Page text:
Archive for November 20, 2006

16 April 2002

  Q3 Alison Halford: How many issues or pieces of information issued by or on behalf of the Welsh Assembly Government and individual Cabinet members have been considered as ‘commercially sensitive’ or ‘commercially confidential’ since the First Minister made a statement on freedom of information in March 2000? (OAQ16836) The First Minister: Requests for information are dealt with on a case by case basis. We do not hold information centrally on this topic. Our initial thoughts are that this information could only be obtained at disproportionate costs. Alison Halford:  We can be rightly proud of the Assembly, not least because it gives unparalleled access to Government information, as with your decision to release Cabinet papers and to impose the ‘substantial harm’ test on releasing documents. However, do you not feel that the use of commercial confidentiality is undermining the overall commitment to transparent Government? The Nolan report requires openness and accountability in public life. Does the First Minister have a view on whether a conflict of interest exists between the Assembly’s use of commercial confidentiality and the principles outlined in the Nolan report? Will you also assure me that I will not have to ask a plethora of questions to …..

14 March 2002 Clinical Negligence Costs to NHS

  Alison Halford:    I am pleased to add my voice to a matter of great concern. As a member of the Audit Committee, I have a small amount of knowledge of the complexities of the clinical negligence process. Almost 75 per cent of UK complainants feel that the procedure is biased and unfair. I welcome the high priority that the Minister is giving to this issue and her search for a flexible approach to achieving the best model. The Audit Committee found that almost £27 million was paid out in 1999-2000 as a result of clinical negligence, with the remaining 1,600 cases that remain unresolved in Wales alone having a potential cost of £107 million. More often than not, all that patients want is an apology at the early stage. If that could be achieved, the more costly and tortuous road of the formal complaints process could be avoided. The Auditor General for Wales also found that a large number—almost one third—of all clinical negligence cases resulted from non-clinical mistakes. This is why I am pleased that most of the recommendations made in the evaluation report centre on procedural reforms. Administrative or communication breakdown often led to mistakes that …..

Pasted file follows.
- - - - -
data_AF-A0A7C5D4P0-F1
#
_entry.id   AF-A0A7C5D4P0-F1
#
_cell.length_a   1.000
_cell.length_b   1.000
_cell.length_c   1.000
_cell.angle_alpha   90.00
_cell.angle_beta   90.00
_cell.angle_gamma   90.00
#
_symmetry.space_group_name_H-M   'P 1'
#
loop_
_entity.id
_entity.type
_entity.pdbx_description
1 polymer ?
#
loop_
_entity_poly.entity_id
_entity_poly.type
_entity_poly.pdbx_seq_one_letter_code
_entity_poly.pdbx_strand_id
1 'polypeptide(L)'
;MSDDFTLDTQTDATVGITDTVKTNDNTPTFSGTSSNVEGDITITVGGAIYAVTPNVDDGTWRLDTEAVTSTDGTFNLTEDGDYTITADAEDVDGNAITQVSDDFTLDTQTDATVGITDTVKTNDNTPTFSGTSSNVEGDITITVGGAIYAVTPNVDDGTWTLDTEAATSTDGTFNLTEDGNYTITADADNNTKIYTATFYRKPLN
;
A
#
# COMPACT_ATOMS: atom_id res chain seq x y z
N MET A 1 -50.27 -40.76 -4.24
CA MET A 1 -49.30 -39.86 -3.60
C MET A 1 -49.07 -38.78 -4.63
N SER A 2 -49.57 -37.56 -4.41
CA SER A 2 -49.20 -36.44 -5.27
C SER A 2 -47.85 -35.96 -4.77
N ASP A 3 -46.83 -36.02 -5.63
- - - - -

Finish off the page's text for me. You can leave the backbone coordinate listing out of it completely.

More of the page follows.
12 March 2002